Viewing 12 posts - 1 through 12 (of 12 total)
  • Replacing brake fluid. Will I die?
  • easily
    Free Member

    I accidentally let out all the fluid from my front brake, so I have to fill the whole thing. These are shimano 105s.
    There are kits available for 20 – 25 quid, including 100ml of fluid, will these do the trick?

    How likely am I to a) end up with fluid all over the bike and floor, or
    b) kill myself on the next steep hill?

    Murray
    Full Member

    The Epic Bleed Solutions kit is easy to use. There are videos on YouTube to show you what to do. Shimano is oil based so if you spill it just wipe it off (best not get on the rotors or pads though).

    I’ve done it with MTB brakes, if they’re not bled properly it’s obvious, do it again. I haven’t died (yet)

    easily
    Free Member

    Thanks. Epic Bleed were the kits I was looking at.

    Right, I’ll give it a go – what’s the worst that can happen?

    Poopscoop
    Full Member

    Will 100ml be enough to fill a whole system?

    I’m not saying it isn’t but might be a ball ache to only be able to partly do the fill/ bleed them have to hunt around shops/order the oil.

    Anyway, good luck mate those kits are good and it’s definitely do-able.

    Unlike my Guides that are filled with paint stripper (effectively) mineral oil is much less stressful to work with if it gets messy.👍

    easily
    Free Member

    That was one of my questions also. On the Epic website it says:

    50ml of brake fluid is enough to perform a bleed on one set of cycle brakes (front and rear).

    If the old brake fluid is particularly dirty or discoloured we recommend completely flushing out the old fluid and replacing with new. In which case you may need additional fluid.

    Most of our bleed kits are supplied with 100ml bottles of brake fluid. This is enough to bleed a complete set of brakes 2-3 times.

    … which doesn’t really answer the question. A few old STW threads suggest that 100ml should easily suffice.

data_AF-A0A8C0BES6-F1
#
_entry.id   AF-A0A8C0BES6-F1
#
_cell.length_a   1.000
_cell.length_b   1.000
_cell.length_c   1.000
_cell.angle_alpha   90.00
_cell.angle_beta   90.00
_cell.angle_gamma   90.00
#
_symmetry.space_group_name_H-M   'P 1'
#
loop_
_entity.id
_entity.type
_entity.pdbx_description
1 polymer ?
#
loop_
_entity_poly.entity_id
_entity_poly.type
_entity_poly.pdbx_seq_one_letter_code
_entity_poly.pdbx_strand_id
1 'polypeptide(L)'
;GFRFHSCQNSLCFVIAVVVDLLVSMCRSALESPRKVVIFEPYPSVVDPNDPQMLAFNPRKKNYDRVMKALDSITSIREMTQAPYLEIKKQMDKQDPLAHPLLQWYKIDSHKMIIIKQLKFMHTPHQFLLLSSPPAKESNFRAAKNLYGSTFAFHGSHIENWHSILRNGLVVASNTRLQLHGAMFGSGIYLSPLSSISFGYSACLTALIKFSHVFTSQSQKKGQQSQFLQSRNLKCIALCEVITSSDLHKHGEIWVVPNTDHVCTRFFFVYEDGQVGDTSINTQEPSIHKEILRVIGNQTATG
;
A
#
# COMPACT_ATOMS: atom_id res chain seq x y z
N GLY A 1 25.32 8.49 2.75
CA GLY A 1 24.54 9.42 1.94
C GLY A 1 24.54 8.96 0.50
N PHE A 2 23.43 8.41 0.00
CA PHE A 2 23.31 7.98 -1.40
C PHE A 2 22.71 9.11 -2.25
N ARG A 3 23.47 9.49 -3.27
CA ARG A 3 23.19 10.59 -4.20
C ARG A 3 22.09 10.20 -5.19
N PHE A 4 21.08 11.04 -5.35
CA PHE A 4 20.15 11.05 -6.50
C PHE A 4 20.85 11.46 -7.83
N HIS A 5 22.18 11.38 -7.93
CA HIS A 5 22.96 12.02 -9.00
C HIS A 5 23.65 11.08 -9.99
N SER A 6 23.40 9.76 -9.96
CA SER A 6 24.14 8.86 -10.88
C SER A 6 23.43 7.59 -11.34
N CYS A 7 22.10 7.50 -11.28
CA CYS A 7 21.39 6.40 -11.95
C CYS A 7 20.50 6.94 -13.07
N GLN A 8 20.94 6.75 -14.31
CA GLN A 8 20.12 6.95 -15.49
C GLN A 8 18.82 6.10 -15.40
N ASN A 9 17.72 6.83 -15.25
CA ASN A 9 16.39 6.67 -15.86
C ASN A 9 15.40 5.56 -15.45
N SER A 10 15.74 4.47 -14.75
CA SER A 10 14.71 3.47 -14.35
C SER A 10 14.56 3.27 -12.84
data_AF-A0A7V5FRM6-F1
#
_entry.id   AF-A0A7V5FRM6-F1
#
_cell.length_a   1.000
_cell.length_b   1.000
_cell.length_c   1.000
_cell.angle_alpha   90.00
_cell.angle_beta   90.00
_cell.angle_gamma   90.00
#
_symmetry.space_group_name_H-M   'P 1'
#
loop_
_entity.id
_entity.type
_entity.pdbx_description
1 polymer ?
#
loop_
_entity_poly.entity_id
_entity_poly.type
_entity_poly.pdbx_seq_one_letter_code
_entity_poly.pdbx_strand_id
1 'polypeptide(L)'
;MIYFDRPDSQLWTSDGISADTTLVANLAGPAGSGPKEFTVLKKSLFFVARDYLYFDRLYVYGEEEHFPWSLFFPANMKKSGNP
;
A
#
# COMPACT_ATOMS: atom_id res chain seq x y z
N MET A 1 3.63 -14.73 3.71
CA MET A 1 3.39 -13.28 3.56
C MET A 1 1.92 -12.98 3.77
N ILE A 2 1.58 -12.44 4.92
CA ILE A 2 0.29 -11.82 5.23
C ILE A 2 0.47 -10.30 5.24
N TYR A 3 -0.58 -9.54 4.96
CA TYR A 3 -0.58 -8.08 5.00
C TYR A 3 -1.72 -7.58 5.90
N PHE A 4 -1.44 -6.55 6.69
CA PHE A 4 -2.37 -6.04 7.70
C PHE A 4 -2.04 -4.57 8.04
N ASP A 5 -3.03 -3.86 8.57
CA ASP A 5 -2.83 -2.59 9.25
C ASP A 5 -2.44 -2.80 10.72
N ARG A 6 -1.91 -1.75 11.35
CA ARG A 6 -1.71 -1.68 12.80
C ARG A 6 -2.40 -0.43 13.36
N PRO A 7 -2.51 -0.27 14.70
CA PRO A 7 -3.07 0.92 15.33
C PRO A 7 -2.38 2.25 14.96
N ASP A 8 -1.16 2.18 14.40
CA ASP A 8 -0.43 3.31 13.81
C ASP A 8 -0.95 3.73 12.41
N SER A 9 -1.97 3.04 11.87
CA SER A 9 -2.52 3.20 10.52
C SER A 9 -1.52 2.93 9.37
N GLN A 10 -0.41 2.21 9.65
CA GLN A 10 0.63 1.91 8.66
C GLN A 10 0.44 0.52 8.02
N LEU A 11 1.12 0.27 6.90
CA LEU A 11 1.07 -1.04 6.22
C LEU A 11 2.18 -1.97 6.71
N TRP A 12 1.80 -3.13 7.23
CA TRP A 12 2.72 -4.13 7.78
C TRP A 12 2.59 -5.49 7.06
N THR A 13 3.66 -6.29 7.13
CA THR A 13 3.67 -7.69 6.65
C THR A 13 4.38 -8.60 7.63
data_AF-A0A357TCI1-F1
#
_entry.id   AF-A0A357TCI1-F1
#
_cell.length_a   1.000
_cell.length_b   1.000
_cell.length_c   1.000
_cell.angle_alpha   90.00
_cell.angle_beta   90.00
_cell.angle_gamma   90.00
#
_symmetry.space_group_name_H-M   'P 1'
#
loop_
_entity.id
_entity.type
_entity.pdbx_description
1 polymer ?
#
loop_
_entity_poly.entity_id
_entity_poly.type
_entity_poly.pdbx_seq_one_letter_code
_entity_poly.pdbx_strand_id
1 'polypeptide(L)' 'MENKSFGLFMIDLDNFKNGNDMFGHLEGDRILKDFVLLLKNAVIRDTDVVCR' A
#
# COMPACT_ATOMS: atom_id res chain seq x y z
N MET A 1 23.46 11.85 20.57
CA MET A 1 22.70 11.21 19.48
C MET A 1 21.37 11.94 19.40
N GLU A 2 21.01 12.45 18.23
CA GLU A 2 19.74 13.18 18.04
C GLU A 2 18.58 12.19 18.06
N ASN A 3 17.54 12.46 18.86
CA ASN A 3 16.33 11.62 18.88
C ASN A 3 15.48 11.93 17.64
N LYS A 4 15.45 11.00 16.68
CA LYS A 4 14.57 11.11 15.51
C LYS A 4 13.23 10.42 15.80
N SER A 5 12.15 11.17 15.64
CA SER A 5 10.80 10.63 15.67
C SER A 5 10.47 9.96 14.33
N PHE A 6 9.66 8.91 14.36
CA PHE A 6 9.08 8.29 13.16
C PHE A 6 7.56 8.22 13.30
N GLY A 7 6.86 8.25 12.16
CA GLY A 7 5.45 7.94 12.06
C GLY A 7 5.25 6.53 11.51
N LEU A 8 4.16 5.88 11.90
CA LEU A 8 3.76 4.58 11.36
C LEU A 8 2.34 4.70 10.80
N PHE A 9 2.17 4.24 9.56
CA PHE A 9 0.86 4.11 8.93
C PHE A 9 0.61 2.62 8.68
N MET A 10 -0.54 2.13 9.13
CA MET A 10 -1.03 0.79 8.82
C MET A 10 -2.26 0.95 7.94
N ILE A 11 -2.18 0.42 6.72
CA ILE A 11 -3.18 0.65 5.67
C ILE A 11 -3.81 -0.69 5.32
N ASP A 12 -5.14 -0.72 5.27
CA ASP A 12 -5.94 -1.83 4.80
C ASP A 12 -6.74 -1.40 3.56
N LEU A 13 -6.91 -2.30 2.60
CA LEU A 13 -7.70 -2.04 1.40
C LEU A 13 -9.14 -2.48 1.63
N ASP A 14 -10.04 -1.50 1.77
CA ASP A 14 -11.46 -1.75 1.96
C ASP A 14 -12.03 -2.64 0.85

espressoal
    Free Member

    You can completely ruin your carpet, this I know and have to live with every day I walk past it.

    thols2
    Free Member

    How likely am I to a) end up with fluid all over the bike and floor, or
    b) kill myself on the next steep hill?

    It’s impossible to bleed them without spilling a bit of fluid, at the very least. It only takes one mistake and you have fluid everywhere. Do it somewhere where it will be easy to clean up. Shimano fluid won’t hurt your bike unless you get it on the brake rotors or pads.

    The concept of bleeding is simple; you’re just filling the system with fluid and getting all the air out. In practice, it can be fiddly. When you manage to get all the air out, the lever will have a solid feel. As long as you close the bleeder on the caliper and on the brake lever, fluid can’t escape and air can’t get in so they aren’t going to suddenly fail as you’re riding along.

    However, making sure the system is properly filled, with no air in the reservoir, is important. If you have air in the reservoir, the brakes can go spongy if you turn the bike upside down. Generally, pumping the brakes then holding the lever for a few seconds, then releasing the lever will help the air escape back into the reservoir and get them working again, but it’s much better to make sure they are properly filled in the first place.

    Keva
    Free Member

    it killed a patch of grass in my garden, my hands went green which freaked me out a bit ’till I realised it must have been the old discoloured fluid. scrub scrub scrub get this crap off my skin.

    thols2
    Free Member

    it killed a patch of grass in my garden, my hands went green which freaked me out a bit

    Shimano fluid is mineral oil, so it requires the same precautions as other mineral oil. DOT fluid (used in most cars and some MTB brakes, such as Avids) is completely different. It will cause paint to peel if you don’t wash it off with soap and water. Obviously, you need to wash it off your hands. I assume it will also kill grass, but haven’t actually tested that.

    drnosh
    Free Member

    ‘I accidentally let out all the fluid from my front brake’

    As you got this far, you probably need to take the bike to a shop to finish the job, properly, safely, cleanly.

    DOT4 will end up damaging every surface it gets onto.

    bonzodog
    Free Member

    Take a deep breath, relax and give it a go. It’ll be sound and you’ll feel great that you’ve learnt a new maintenance skill that will save you ££’s down the line.

    To give it some balance though, sadly, you will certainly die – just probably not from this.

    easily
    Free Member

    I chickened out. I took it to Evans as
    A) it’s an Arkose, and
    B) they said they’d take a look today.

    They did it while I was waiting. The mechanic was a bit embarrassed as he had got the fluid in a few places it shouldn’t go, and they had no replacement pads, so they didn’t charge me. I had spare pads, so I took it home, cleaned it up and slipped them in.

    My bike is now braking well, but squealing like a banshee. Should keep the pedestrians alert tomorrow on the way to work.

    Cheers for all the advice. I’m going to get a kit and bleed them myself next time.

Viewing 12 posts - 1 through 12 (of 12 total)

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